Typically, neutron stars emit radio waves or higher-energy waves such as X-rays, according a statement released by NASA yesterday (Sept. 17). But an international group of researchers from Penn State, the University of Arizona and Sabanci University in Turkey observed something interesting in NASA's Hubble Space Telescope data: a long signal of infrared light emitted near a neutron star, the researchers reported yesterday in The Astrophysical Journal.

Rainbow

'Fire rainbow' cloud spotted over Weymouth, England

Fire firebow over Weymouth, England
© Charlotte and David Colohan
Several readers have been in touch with their pictures of a so-called Fire Rainbow which was spotted above Weymouth on Friday.

Vincent Betteridge was holidaying in the area with his wife when he noticed the unusual pattern and colours and managed to get some photos.

He said: "In the late afternoon we headed to the beach for a paddle and an ice cream and we had a few relaxing hours on the sand. At around 5.45pm I happened to glance skywards and noticed a very interesting rainbow-like pattern forming in the sky above. I quickly grabbed my phone and took a few pictures and a bit of video. A bit of Googling later and I believe it's known as a Circumhorizontal arc, or Fire Rainbow."

Rainbow

Rare fire rainbow spotted over southern China's Chongqing City

Fire rainbow over China
© Newsflare
A rare fire rainbow was spotted above southern China's Chongqing City on September 2.

The fire rainbow is a rare phenomenon, also known as a circumhorizontal arc, with the phenomenon only occurring when the sun rises more than 58° above the horizon.


Cassiopaea

'Rare and remarkable' activity detected on Earth during recent geomagnetic storm

polar light centre

Polarlightcenter


ELECTRICITY FLOWS THROUGH THE SOIL OF NORWAY


When a geomagnetic storm erupts, most eyes naturally turn to the sky, looking for auroras. But during the surprisingly strong G3-class geomagnetic storm of Aug. 26th, there was action underfoot as well. Probes buried in the ground in Norway detected strong currents of electricity moving through the soil. This chart recording made by Rob Stammes at the Polarlightcenter in Lofoten shows wild swings in current during the storm's peak.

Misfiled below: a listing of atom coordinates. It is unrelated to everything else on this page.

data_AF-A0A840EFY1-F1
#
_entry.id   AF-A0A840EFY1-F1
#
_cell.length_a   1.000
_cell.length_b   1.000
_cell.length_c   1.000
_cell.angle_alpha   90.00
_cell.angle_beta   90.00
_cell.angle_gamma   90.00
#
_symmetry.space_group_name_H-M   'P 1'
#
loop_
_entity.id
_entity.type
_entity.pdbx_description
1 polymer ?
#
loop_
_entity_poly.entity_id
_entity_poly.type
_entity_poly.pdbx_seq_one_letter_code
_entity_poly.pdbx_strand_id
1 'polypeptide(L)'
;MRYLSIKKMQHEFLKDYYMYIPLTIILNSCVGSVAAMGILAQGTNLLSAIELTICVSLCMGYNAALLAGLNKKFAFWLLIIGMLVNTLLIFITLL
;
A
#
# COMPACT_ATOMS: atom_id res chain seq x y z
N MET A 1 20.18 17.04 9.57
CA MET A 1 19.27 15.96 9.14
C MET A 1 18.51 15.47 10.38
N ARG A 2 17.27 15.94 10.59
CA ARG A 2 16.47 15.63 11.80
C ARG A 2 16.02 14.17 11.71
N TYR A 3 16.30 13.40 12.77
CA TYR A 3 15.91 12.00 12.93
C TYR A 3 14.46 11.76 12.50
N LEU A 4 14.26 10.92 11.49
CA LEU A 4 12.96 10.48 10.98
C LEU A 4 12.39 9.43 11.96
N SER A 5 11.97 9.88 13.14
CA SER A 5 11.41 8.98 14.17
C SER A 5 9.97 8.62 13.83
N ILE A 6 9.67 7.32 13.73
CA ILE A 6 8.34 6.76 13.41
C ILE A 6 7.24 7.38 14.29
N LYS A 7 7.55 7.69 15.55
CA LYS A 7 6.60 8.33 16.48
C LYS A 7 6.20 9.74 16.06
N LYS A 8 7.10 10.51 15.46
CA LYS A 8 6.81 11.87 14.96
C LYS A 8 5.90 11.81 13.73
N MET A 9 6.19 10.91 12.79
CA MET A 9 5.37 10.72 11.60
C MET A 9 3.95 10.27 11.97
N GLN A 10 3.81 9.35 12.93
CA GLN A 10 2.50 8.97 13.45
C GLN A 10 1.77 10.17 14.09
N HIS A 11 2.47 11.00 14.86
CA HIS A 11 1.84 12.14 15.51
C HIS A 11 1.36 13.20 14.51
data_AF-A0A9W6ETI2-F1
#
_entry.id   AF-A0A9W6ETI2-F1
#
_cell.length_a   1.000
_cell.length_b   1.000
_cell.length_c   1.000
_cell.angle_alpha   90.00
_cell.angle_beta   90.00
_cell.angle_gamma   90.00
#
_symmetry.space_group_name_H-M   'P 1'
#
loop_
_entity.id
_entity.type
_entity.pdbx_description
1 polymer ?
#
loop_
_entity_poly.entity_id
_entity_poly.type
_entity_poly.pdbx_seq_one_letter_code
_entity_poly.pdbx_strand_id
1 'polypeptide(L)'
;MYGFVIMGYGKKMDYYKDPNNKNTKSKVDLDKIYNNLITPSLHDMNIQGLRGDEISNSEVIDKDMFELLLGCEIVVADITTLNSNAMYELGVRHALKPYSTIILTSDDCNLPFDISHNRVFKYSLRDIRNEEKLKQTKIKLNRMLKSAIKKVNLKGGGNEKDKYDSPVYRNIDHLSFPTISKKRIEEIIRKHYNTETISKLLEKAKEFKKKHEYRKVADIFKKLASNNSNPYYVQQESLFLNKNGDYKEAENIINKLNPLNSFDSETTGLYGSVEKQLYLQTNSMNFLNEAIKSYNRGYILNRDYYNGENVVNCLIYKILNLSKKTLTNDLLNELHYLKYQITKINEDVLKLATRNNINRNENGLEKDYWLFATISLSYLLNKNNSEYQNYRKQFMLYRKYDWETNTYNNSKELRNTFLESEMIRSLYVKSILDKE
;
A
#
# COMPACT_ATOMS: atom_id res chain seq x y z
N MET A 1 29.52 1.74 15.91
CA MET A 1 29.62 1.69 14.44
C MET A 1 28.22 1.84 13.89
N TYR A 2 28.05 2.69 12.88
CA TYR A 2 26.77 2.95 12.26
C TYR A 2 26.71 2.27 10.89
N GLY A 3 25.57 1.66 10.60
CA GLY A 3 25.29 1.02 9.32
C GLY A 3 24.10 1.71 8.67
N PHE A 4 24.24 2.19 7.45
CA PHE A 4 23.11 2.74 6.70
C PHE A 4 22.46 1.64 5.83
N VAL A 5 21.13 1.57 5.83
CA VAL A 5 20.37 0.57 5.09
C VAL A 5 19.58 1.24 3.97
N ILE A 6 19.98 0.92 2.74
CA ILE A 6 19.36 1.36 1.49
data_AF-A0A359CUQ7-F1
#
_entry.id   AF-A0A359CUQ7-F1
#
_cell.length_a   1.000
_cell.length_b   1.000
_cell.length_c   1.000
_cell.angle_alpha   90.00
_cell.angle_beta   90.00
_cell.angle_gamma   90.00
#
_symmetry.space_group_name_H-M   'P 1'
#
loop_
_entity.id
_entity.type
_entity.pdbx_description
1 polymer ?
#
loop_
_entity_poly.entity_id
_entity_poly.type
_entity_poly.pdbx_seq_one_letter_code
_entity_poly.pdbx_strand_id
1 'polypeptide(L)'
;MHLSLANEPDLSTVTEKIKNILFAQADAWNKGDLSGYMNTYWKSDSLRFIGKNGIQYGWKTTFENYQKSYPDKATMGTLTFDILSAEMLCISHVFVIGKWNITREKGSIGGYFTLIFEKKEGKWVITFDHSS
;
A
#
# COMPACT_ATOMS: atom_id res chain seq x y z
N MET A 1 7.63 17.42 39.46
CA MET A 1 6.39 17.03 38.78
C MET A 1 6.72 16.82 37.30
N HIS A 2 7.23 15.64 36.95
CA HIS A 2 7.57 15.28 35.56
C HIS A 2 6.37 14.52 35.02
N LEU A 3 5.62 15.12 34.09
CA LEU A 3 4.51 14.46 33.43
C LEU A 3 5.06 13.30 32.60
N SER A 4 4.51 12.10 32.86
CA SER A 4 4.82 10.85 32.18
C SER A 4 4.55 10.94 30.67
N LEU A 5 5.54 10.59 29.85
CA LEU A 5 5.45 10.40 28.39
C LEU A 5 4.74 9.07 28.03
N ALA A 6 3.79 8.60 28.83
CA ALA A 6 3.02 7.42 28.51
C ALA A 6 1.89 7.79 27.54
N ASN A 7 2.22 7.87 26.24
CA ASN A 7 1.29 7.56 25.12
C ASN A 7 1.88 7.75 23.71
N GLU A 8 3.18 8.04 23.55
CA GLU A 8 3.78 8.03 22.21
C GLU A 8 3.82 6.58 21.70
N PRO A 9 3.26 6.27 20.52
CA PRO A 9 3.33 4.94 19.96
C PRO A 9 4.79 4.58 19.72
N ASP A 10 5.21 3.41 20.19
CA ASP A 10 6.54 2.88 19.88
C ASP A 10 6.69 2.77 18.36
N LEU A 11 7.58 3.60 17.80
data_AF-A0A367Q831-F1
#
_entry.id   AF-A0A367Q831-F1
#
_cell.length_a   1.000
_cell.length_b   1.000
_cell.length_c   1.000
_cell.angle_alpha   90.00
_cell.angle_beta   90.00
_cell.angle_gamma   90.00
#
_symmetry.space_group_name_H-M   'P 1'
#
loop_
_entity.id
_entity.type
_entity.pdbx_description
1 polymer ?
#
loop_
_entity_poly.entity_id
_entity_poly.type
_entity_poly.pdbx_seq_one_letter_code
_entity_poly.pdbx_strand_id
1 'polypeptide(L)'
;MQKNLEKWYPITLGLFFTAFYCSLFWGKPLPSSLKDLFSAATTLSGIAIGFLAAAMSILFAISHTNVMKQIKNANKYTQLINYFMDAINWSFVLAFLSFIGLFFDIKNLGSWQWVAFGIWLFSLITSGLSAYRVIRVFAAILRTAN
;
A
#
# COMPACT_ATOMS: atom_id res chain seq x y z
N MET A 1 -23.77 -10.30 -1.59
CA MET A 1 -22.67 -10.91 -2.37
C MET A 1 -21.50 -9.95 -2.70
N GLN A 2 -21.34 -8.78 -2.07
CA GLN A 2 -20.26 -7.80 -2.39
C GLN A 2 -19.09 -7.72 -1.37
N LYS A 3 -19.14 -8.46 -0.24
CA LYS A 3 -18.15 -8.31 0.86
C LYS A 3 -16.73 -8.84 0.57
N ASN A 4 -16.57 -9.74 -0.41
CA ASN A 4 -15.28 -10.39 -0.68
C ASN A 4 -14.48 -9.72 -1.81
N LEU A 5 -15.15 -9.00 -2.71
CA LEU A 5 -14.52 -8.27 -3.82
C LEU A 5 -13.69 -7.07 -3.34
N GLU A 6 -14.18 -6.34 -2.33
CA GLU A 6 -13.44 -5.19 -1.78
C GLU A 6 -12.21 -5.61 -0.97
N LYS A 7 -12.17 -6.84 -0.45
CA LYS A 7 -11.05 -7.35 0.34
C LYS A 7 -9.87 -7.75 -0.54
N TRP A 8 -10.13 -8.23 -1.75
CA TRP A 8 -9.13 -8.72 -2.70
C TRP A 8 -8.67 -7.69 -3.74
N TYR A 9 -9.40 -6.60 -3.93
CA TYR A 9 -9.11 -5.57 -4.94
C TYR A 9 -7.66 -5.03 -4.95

"The currents were remarkably strong," says Stammes, who has been monitoring ground currents outside his Arctic observatory for many years. "During the magnetic storm, voltages surged to 10mv/m or 10v/km. That's about 10 times stronger than normal. These are pretty rare readings without a strong solar flare during solar minimum."

Comment: Our Sun is entering solar minimum and the effects on Earth, above and below, as well on other planets, are becoming clear for all to see: For more, check out SOTT radio's: Behind the Headlines: Earth changes in an electric universe: Is climate change really man-made?


Rainbow

Our changing atmosphere: Stunning iridescent cloud over Mexico, complex solar halo over Russia and a triple rainbow over Norway

iridescent cloud mexico
© VK
In Merida, a cumulonimbus cloud was capped with a rainbow cloud on August 30, 2018.
This giant cumulonimbus cloud is capped by a rainbow was captured forming over the city of Merida in Yucatan, Mexico on August 30, 2018.
Look at this spectacular iridescent pileus cap over a gigantic cumulonimbus in Merida, Mexico on Aug 30th. It's like the cloud is being irradiated from above.

Comment: The strange sights in our skies are likely related to our quieting Sun and the increase in fireball activity (which deposits meteor dust). And these aren't the only signs of the great shifts occurring on our planet:



See also: And check out SOTT radio's: Behind the Headlines: Earth changes in an electric universe: Is climate change really man-made?


Cassiopaea

Russian astronomer captures multiple rare atmospheric phenomena on video in 1 night - Sprites, elves, airglow and meteors

Russian astronomer captures ALL 'rare' atmospheric phenomena in 1 night - Sprites, elves, airglow, meteors, aurora
Mysterious violet ring appears in the sky over Russia.

Elves are electromagnetic pulses generated by lightning strikes. Elves is an acronym for Emission of Light and Very Low Frequency Perturbations Due to Electromagnetic Pulse Sources. They look like doughnut-shaped flashes that spread laterally up to 186 miles. Atmospheric research indicates the brightness of elves is closely related to the peak current in a return lightning stroke (the movement of charges from the ground to the cloud), and that elves may be the most dominant type of TLEs in the atmosphere.

Elves are very rare and undetermined atmospheric phenomena.

Comment: It wasn't so long ago that atmospheric phenomena such as these were considered a rare occurrence and so to capture just one of these events would have been considered lucky. However, as is the case with the rapid shifts we're seeing on earth below - a serious uptick in powerful earthquakes, epic flooding, gaping fissures, sinkholes, and so on - the same dramatic shifts are being reflected in the skies above: